TFLcar recently received a report of a 2015 Chevy Corvette Z06 coupe overheating after one fast lap at the Pueblo Motorsports Park near Pueblo, Colorado.
Michael Pettiford of Go4It Services stated: “I took a 2015 Corvette Z06 coupe with the 8-speed automatic for a fast lap around the Pueblo racetrack. The coolant temperature went from around 220F to 260F after one lap and I had to bring the car back in.” When asked about the ambient temperature, Michael said; “It was a late morning and temperature was around 80F.” Michael added, “The Z06 showed a high level of grip. The braking performance was excellent, and the cockpit ergonomics were outstanding.”
TFLcar reached out to Chevrolet for comment and quickly received a response. Chevrolet communications referenced a recent blog post by Tadge Juechter, Corvette chief engineer.
The complete blog post is copied verbatim below. The summary of the statement is that the C7 Corvette Z06 was designed and tested to run competitive racing laps for an indefinite amount of time when equipped with the 7-speed manual transmission. This is tested and verified with the ambient temperature of 86F (or 30C).
The Z06 equipped with the 8-speed automatic transmission puts a higher demand on the engine due to closely spaced gear ratios and higher average rpms. The post also states that the Z06 with an Automatic is capable of faster lap times when compared to the Manual.
Here is the blog post by Tadge Juechter in its entirety.
There are lots of interesting back stories behind recent media tests, but the question asks about Road Atlanta so for the purposes of this thread I will focus on our long lead media event last November. We spent a week there with journalists from around the world. We had pro drivers Tommy Milner, Randy Pobst, and Andy Pilgrim behind the wheel along with many other very capable drivers. They were permitted to run consecutive laps with minimal or no traffic, so essentially “qualifying laps”. Over the course of the week we had 2 cars come into the pits with a hot warning messages. The first was due to the loss of an accessory drive belt. We had a pre-production tensioner on that car which failed, throwing the belt and we lost the water pump. We have had no issues with production tensioners. The second car was an automatic. I believe it was being driven by Randy on the hottest day there which was right around our design performance target of 86 degrees (more on that below). After multiple laps at speed he came in with a hot warning message. Although the car had been out on track all week, that was the first and only incident. In Corvette’s 60 year history, we have never put automatics on track for media and never encouraged people interested in track usage to buy automatics. The new 8 speed automatic gives us a chance to put more automatic transmission customers on the track. Since there is some lack of clarity around the true capability of each of the transmissions, this question gives us the opportunity to publish some guidelines:
•The Z06 Manual is designed to keep engine oil, coolant, transmission and differential fluids below the hot warning targets when driven by a professional on a 30C day (86F) on a “typical” racetrack for an indefinite period of time (effectively the time to burn through a full tank of fuel). Our team validates the durability of the Z06 cooling systems with a 24hr accumulated track test to simulate a full season of amateur racing or aggressive track-day usage in these conditions.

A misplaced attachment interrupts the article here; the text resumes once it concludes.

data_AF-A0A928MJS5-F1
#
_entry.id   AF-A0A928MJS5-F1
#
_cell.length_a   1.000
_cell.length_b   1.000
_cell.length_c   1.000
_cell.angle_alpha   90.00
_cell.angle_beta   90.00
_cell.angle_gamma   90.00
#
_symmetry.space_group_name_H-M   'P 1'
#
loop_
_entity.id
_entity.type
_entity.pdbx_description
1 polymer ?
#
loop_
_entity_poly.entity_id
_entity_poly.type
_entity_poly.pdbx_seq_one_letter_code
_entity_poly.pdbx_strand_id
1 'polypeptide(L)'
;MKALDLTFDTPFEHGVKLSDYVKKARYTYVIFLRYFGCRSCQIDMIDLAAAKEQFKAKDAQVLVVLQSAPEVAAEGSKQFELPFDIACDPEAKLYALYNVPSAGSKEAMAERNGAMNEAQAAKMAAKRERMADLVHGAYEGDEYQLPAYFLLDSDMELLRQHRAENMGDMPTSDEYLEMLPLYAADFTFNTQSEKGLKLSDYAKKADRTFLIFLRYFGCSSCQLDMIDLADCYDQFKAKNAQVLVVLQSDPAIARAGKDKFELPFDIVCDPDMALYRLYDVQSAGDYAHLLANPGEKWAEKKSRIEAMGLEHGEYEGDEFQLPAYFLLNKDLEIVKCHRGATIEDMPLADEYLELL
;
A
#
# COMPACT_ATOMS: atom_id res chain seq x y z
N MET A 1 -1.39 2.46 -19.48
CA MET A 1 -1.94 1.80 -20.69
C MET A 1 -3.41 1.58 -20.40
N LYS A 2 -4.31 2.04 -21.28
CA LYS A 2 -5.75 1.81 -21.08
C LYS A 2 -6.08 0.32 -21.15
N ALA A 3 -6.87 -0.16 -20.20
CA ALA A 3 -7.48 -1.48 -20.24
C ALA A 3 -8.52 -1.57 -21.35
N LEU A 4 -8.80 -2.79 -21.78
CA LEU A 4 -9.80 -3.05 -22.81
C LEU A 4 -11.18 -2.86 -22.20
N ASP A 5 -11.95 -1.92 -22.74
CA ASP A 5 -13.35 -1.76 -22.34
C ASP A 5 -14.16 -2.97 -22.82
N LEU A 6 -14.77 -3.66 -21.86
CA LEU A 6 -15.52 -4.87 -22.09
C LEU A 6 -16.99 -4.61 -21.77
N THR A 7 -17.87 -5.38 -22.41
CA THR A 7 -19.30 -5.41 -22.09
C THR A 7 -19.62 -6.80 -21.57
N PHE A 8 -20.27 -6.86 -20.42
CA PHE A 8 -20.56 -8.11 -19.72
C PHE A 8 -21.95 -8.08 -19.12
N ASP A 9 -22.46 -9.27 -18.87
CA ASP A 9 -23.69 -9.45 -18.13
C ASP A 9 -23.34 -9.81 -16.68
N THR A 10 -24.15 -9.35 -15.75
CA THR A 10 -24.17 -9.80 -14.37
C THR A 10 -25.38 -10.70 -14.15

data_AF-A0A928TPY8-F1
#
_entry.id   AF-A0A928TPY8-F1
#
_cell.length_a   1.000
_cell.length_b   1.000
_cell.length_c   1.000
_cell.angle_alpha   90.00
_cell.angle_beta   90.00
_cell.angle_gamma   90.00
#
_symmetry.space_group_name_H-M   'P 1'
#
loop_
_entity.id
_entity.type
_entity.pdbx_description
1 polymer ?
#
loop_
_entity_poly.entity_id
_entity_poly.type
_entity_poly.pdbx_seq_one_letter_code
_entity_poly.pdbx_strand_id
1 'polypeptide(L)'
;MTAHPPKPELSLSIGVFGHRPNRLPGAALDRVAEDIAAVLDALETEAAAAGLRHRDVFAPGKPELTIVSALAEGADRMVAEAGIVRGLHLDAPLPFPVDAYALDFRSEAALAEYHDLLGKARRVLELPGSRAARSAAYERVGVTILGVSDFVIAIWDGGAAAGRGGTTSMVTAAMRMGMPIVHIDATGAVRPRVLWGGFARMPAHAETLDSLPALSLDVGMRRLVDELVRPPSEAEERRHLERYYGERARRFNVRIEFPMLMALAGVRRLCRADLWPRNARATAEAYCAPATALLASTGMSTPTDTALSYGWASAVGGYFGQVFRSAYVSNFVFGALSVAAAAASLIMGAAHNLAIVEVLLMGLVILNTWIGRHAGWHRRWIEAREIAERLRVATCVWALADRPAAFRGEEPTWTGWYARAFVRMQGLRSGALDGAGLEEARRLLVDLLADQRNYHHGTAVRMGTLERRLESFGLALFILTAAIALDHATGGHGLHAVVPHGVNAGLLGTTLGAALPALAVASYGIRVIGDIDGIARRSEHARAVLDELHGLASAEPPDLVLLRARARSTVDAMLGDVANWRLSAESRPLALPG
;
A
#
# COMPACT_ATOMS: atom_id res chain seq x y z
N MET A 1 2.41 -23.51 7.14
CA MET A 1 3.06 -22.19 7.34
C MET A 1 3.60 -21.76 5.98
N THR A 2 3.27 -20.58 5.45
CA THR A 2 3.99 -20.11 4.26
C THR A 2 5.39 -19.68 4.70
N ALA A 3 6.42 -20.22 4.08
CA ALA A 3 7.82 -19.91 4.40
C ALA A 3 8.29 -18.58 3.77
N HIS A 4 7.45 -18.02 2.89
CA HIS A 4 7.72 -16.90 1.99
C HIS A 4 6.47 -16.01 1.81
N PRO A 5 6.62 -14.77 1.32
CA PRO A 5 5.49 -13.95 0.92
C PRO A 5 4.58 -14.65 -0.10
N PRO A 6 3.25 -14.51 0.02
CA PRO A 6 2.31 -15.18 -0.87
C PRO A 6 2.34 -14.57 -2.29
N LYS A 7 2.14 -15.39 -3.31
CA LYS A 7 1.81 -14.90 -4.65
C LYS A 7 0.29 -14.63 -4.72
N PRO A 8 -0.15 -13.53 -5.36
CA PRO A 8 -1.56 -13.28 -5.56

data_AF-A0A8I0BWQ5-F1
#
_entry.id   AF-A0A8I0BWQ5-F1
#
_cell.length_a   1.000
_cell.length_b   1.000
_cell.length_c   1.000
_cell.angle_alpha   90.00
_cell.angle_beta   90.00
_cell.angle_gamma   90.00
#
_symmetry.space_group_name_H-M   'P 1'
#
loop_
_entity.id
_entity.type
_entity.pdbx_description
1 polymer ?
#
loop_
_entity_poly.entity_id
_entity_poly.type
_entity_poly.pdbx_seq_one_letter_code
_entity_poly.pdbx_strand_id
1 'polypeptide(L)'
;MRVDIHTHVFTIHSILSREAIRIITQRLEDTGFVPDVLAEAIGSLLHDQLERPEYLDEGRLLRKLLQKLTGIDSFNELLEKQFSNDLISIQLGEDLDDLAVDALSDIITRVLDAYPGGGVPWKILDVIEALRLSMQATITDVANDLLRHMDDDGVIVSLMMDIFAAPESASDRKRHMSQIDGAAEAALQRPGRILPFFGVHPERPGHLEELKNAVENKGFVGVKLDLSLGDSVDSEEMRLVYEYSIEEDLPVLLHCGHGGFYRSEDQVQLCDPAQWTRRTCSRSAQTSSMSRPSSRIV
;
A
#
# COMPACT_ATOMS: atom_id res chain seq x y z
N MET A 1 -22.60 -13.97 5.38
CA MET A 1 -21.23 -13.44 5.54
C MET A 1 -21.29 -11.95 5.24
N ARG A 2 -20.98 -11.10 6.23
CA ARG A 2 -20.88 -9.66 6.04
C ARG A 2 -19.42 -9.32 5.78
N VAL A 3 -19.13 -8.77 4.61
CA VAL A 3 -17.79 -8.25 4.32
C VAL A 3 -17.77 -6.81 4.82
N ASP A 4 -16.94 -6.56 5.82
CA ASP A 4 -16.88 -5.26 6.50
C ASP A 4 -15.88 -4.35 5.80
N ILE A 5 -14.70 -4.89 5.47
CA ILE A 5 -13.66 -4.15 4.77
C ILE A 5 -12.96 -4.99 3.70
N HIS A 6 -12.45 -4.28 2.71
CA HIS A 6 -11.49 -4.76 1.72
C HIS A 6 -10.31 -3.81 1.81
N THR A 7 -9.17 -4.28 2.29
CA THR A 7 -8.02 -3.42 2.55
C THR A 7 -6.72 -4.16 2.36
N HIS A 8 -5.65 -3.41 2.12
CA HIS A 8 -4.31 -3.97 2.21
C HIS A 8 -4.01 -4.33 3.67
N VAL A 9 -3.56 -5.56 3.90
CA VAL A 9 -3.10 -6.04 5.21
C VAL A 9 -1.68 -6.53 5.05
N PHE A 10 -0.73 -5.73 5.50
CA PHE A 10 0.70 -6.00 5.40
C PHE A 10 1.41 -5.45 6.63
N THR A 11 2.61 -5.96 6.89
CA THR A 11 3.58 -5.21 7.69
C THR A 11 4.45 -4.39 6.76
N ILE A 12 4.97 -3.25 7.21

•We designate our track: the Milford Road Course, as the “typical” standard, but recognize that there are tracks around the world which are easier on a cooling system and some which are harder on a cooling system. Generally speaking, tighter tracks with lower average speed and higher sustained RPM, will drive higher fluid system temperatures.
•Higher temperature ambient conditions affects all car’s abilities to run sustained laps at ten-tenths.
•The Z06 Automatic transmission put in “Drive” selects the lowest possible gear ratio for best acceleration, and because it has 8 closely-spaced ratios typically runs higher average RPM than the manual. This optimizes lap time performance, but also taxes the engine oil and coolant more for any given track. So the automatic has the capability to run faster laps than the manual, but thermal limitations are reached more quickly. Customers who are planning to run extended track-day sessions at ‘professional’ speeds, are advised to go with the manual transmission, or to paddle shift the automatic and select higher gears when conditions warrant it.
•Any time the maximum recommended temperatures are reached in any condition, the DIC will give warnings at the appropriate time for coolant, oil, or transmission fluid. A cool-down lap or two will bring operating temperatures back to a reasonable level and aggressive track driving can be resumed.
Some may wonder why don’t we design to higher temperatures, say 110 degrees to accommodate southern tracks in the Summer. We have used the “pro driver at 86 degrees” criteria for generations of Corvettes and for the vast majority of customers, it has resulted in excellent performance for their usage. If we designed to higher temperature criteria, we would have to add a lot of cooling hardware which drives mass up and perhaps more importantly, you have to feed the system with more air which has a huge impact on appearance and aerodynamic drag. Like most aspects of car design, the challenge is in finding the best balance of conflicting requirements.
Learn all the details about the Corvette Z06 convertible here.
Watch the Corvette Z06 coupe debut at the Detroit Auto Show.